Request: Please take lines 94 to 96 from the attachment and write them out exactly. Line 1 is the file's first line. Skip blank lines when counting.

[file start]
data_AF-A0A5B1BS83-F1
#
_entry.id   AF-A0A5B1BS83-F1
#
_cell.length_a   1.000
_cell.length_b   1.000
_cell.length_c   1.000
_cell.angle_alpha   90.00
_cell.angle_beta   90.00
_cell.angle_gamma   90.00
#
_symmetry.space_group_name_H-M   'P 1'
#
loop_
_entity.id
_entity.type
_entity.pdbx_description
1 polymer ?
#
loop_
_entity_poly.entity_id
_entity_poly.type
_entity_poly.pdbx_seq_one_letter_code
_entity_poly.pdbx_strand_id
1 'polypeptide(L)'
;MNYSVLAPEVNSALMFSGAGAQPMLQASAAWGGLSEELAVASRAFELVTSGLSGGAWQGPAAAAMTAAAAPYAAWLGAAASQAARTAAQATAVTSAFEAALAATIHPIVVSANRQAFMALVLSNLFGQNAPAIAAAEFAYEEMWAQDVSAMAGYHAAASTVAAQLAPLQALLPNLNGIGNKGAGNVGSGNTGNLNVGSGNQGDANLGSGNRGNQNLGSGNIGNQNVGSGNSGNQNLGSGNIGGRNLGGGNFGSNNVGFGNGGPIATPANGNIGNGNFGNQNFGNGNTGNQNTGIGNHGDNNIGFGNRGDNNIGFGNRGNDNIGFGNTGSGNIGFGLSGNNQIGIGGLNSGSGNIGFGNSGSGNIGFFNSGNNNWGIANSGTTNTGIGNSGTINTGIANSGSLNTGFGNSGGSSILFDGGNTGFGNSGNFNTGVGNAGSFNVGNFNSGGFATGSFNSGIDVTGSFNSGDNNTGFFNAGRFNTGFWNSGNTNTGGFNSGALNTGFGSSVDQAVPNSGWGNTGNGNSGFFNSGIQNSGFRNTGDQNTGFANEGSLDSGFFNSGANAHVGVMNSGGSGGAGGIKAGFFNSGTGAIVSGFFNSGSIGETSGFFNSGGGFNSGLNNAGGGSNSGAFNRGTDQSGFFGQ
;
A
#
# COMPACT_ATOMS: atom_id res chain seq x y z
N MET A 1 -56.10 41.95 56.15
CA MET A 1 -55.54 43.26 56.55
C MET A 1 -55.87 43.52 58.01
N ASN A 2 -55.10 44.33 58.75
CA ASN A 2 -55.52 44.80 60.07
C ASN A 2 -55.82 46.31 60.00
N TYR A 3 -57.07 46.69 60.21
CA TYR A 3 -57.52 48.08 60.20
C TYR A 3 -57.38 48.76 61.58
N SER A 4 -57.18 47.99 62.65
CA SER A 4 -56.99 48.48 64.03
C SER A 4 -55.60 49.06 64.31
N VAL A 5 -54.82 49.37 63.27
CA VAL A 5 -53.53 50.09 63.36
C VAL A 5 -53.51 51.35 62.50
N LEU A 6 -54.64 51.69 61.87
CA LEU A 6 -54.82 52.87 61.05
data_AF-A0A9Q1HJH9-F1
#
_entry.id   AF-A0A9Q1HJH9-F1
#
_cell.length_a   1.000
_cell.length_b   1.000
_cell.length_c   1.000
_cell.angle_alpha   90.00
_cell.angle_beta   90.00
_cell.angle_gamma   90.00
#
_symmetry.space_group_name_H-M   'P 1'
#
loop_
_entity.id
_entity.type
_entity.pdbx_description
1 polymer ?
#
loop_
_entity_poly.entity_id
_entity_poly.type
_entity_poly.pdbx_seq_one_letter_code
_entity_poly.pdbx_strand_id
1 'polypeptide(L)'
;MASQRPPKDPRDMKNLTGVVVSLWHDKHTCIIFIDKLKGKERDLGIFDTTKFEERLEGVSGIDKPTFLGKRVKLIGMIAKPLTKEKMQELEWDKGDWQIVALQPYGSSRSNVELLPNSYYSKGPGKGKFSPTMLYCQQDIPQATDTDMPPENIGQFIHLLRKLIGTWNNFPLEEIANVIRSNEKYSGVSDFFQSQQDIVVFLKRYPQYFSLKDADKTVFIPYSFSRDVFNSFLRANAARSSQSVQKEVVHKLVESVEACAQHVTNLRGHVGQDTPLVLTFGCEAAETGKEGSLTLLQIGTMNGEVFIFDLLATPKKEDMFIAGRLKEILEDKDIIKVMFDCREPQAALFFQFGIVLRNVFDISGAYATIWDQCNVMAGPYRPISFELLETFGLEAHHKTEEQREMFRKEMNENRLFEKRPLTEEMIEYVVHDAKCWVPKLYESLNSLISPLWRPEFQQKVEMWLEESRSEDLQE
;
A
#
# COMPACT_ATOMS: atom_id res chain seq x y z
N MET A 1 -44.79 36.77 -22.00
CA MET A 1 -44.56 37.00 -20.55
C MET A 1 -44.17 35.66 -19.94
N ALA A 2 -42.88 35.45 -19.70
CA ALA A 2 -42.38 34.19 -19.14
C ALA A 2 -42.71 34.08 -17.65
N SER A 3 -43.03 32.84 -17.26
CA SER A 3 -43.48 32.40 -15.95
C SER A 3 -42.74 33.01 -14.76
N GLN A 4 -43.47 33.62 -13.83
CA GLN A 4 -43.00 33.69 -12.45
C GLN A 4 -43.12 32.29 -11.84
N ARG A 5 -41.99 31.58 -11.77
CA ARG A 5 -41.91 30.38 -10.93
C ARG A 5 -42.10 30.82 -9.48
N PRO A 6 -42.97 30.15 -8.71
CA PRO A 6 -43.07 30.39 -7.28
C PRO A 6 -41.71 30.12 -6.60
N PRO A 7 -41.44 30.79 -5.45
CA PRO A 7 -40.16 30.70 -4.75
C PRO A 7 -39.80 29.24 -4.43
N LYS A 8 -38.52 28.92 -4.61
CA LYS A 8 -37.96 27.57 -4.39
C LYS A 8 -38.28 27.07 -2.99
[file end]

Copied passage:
CA PRO A 6 -43.07 30.39 -7.28
C PRO A 6 -41.71 30.12 -6.60
N PRO A 7 -41.44 30.79 -5.45